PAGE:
Adil Rashid has ruled out representing England on their upcoming Test tour of Sri Lanka, suggesting it would be unfair for him to earn selection given his lack of county cricket action.
Rashid took 12 wickets as England claimed a 3-0 Test series win on their last visit to Sri Lanka in 2018.
However, after enjoying a successful return to the ODI fold on Sunday, claiming 3-51 as England beat South Africa in Johannesburg to rescue a 1-1 series draw, the leg-spinner said he did not feel comfortable about taking a Test place at someone else’s expense.
Rashid, whose most recent first-class appearance came more than a year ago, was previously brought back to England’s Test team despite a lack of red-ball action but appears unwilling to benefit from a similar call again.
“That’s something that I personally feel I’ve got to earn again,” he said in a news conference.
“I’ve got to go back into maybe county cricket, get the performances under my belt and then get selected on merit. I think if the selectors do come up and ask, ‘Are you available, can you play’, for me that would be a straight no, I can’t, because I feel as if I’ve got to deserve my place back in the team.”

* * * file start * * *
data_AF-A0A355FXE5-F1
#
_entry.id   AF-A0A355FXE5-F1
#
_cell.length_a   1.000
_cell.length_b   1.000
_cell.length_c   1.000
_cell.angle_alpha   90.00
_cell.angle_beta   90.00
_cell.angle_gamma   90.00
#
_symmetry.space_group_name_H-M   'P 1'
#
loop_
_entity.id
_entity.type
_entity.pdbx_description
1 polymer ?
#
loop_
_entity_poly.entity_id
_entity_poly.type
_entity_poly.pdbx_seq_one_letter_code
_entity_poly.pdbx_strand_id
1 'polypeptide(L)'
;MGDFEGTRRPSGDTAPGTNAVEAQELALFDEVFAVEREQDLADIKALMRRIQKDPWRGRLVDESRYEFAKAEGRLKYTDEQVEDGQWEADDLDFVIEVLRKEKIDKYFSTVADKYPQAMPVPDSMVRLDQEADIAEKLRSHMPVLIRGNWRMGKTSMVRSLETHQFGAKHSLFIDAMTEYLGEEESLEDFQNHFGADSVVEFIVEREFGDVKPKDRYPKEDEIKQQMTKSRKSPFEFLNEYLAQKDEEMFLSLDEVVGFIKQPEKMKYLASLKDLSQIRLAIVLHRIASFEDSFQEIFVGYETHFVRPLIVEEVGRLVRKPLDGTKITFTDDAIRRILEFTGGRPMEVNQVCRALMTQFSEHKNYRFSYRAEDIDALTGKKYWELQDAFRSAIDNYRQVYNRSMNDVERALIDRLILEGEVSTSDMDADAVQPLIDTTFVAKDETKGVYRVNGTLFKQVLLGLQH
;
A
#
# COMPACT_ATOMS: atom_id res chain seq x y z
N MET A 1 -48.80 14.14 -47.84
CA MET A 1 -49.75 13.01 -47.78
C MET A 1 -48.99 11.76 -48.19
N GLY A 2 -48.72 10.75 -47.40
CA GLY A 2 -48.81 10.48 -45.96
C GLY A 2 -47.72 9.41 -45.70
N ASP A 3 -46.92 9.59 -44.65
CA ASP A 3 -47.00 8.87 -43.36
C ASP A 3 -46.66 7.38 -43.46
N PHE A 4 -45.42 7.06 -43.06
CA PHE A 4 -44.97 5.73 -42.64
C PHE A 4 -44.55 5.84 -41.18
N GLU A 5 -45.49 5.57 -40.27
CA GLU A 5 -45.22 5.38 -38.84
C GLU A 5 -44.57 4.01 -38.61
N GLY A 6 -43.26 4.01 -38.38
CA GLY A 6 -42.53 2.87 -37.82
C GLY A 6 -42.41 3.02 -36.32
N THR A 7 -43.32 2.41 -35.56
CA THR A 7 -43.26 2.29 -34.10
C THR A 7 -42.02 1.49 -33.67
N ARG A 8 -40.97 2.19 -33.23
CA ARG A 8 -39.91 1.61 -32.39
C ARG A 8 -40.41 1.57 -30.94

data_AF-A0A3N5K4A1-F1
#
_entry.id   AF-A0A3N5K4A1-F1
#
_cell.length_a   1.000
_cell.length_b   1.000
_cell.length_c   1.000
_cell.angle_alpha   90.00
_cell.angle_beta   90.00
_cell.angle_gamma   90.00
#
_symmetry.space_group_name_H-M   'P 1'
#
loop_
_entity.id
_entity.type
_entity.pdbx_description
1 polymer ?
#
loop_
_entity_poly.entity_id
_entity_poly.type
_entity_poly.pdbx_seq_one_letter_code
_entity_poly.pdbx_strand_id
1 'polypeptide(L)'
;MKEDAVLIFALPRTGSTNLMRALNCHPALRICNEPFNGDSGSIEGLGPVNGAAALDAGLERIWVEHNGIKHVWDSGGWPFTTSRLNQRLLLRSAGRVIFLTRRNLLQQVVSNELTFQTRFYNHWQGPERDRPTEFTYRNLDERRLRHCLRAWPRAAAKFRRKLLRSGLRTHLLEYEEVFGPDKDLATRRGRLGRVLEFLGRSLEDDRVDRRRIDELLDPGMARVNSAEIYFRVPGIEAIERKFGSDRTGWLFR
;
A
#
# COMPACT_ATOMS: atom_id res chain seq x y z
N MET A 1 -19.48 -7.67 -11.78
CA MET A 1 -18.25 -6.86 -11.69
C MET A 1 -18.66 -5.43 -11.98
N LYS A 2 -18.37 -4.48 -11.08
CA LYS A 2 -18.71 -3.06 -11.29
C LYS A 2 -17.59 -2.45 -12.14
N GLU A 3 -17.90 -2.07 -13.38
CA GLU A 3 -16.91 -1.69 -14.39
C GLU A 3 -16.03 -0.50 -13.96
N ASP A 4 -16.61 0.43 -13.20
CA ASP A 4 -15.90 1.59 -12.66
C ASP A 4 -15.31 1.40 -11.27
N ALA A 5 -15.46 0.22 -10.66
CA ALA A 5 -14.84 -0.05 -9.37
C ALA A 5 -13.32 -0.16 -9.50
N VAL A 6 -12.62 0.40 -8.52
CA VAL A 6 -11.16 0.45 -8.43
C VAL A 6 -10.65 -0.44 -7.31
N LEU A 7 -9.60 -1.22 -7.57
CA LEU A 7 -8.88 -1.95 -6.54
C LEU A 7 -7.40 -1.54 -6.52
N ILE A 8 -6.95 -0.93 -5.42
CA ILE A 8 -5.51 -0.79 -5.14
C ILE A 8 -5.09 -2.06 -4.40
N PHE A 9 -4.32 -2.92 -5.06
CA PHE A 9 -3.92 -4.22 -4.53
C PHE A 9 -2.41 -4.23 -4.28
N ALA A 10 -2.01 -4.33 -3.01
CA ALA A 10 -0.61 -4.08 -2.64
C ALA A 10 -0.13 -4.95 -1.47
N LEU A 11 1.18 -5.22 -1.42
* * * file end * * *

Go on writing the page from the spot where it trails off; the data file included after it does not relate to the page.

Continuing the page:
In an interview with Sky Sports, Rashid added: “I think it’s a bit unfair for me to just say ‘Yeah, I’m available’. At this moment in time, I’m really concentrating on white-ball cricket. Maybe in the future [I will return to Test cricket].”
England will play two Tests in Sri Lanka next month, but Rashid’s focus is on the Twenty20 series that rounds off the tour of South Africa.
His man-of-the-match display in Johannesburg, in his 100th ODI, was hugely encouraging given he has been hampered by a long-standing shoulder problem.
Man of the match in his th ODI!
— England Cricket (@englandcricket) February 9, 2020
“It’s probably been a year now, my shoulder has not been quite right,” Rashid told Sky Sports. “I took some time off after [the tour of] New Zealand, had a couple of months where I really did some hard rehab, got a lot better, and slowly, gradually, it’s building on that.
“I’m still going to carry on doing the shoulder work and hopefully I can get that even stronger and better.
“Once you have that shoulder injury, that niggle, then you feel it, especially as a leg-spinner – you might struggle to get that extra zip, extra pace.
“I had a few injections during the World Cup, prior to the World Cup as well, and got through it somehow, but now it’s that time where there’s not much cricket being played, I can really nail down the gym [work] and really get it strong.”